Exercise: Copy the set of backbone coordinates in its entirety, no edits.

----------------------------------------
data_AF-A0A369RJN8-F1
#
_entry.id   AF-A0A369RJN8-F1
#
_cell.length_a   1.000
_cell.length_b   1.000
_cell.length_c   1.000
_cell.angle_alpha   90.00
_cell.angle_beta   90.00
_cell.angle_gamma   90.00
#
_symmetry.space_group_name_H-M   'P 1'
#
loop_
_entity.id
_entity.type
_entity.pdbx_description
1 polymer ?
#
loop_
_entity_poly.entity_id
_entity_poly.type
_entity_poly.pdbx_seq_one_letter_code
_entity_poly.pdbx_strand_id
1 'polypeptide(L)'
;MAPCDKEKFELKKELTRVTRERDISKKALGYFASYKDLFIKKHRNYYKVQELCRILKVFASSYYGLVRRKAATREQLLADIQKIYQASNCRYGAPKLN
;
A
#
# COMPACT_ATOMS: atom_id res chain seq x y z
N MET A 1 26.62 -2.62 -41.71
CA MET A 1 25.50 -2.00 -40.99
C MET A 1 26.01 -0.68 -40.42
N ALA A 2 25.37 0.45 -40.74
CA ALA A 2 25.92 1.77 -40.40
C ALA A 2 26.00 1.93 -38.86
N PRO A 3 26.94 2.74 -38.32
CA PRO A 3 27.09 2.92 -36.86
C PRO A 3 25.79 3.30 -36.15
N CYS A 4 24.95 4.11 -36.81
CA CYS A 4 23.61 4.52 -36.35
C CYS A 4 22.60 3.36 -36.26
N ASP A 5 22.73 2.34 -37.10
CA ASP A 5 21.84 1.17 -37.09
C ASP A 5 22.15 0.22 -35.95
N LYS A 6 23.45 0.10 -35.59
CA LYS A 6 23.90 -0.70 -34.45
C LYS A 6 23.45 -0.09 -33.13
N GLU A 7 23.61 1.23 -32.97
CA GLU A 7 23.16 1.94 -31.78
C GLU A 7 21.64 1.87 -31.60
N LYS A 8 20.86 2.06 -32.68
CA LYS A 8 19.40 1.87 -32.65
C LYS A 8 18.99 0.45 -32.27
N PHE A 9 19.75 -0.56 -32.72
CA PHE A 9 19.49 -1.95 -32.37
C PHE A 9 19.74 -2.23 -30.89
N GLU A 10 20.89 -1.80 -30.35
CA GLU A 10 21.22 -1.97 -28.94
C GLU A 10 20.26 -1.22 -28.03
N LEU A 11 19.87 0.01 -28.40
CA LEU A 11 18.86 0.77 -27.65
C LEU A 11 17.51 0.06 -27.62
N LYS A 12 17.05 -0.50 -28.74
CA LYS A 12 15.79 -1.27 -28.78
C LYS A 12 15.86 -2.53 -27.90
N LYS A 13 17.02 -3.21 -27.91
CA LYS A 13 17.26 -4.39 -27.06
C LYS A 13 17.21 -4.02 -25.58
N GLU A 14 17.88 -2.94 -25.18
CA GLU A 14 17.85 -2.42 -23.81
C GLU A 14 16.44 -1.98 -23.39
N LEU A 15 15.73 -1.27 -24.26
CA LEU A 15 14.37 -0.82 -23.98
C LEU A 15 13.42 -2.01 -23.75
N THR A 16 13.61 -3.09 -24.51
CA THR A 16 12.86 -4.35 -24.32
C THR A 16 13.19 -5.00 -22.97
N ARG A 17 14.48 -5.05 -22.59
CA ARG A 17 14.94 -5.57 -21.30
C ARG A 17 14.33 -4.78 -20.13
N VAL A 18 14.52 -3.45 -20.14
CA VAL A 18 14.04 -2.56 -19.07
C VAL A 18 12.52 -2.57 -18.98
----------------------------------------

data_AF-A0A369RJN8-F1
#
_entry.id   AF-A0A369RJN8-F1
#
_cell.length_a   1.000
_cell.length_b   1.000
_cell.length_c   1.000
_cell.angle_alpha   90.00
_cell.angle_beta   90.00
_cell.angle_gamma   90.00
#
_symmetry.space_group_name_H-M   'P 1'
#
loop_
_entity.id
_entity.type
_entity.pdbx_description
1 polymer ?
#
loop_
_entity_poly.entity_id
_entity_poly.type
_entity_poly.pdbx_seq_one_letter_code
_entity_poly.pdbx_strand_id
1 'polypeptide(L)'
;MAPCDKEKFELKKELTRVTRERDISKKALGYFASYKDLFIKKHRNYYKVQELCRILKVFASSYYGLVRRKAATREQLLADIQKIYQASNCRYGAPKLN
;
A
#
# COMPACT_ATOMS: atom_id res chain seq x y z
N MET A 1 26.62 -2.62 -41.71
CA MET A 1 25.50 -2.00 -40.99
C MET A 1 26.01 -0.68 -40.42
N ALA A 2 25.37 0.45 -40.74
CA ALA A 2 25.92 1.77 -40.40
C ALA A 2 26.00 1.93 -38.86
N PRO A 3 26.94 2.74 -38.32
CA PRO A 3 27.09 2.92 -36.86
C PRO A 3 25.79 3.30 -36.15
N CYS A 4 24.95 4.11 -36.81
CA CYS A 4 23.61 4.52 -36.35
C CYS A 4 22.60 3.36 -36.26
N ASP A 5 22.73 2.34 -37.10
CA ASP A 5 21.84 1.17 -37.09
C ASP A 5 22.15 0.22 -35.95
N LYS A 6 23.45 0.10 -35.59
CA LYS A 6 23.90 -0.70 -34.45
C LYS A 6 23.45 -0.09 -33.13
N GLU A 7 23.61 1.23 -32.97
CA GLU A 7 23.16 1.94 -31.78
C GLU A 7 21.64 1.87 -31.60
N LYS A 8 20.86 2.06 -32.68
CA LYS A 8 19.40 1.87 -32.65
C LYS A 8 18.99 0.45 -32.27
N PHE A 9 19.75 -0.56 -32.72
CA PHE A 9 19.49 -1.95 -32.37
C PHE A 9 19.74 -2.23 -30.89
N GLU A 10 20.89 -1.80 -30.35
CA GLU A 10 21.22 -1.97 -28.94
C GLU A 10 20.26 -1.22 -28.03
N LEU A 11 19.87 0.01 -28.40
CA LEU A 11 18.86 0.77 -27.65
C LEU A 11 17.51 0.06 -27.62
N LYS A 12 17.05 -0.50 -28.74
CA LYS A 12 15.79 -1.27 -28.78
C LYS A 12 15.86 -2.53 -27.90
N LYS A 13 17.02 -3.21 -27.91
CA LYS A 13 17.26 -4.39 -27.06
C LYS A 13 17.21 -4.02 -25.58
N GLU A 14 17.88 -2.94 -25.18
CA GLU A 14 17.85 -2.42 -23.81
C GLU A 14 16.44 -1.98 -23.39
N LEU A 15 15.73 -1.27 -24.26
CA LEU A 15 14.37 -0.82 -23.98
C LEU A 15 13.42 -2.01 -23.75
N THR A 16 13.61 -3.09 -24.51
CA THR A 16 12.86 -4.35 -24.32
C THR A 16 13.19 -5.00 -22.97
N ARG A 17 14.48 -5.05 -22.59
CA ARG A 17 14.94 -5.57 -21.30
C ARG A 17 14.33 -4.78 -20.13
N VAL A 18 14.52 -3.45 -20.14
CA VAL A 18 14.04 -2.56 -19.07
C VAL A 18 12.52 -2.57 -18.98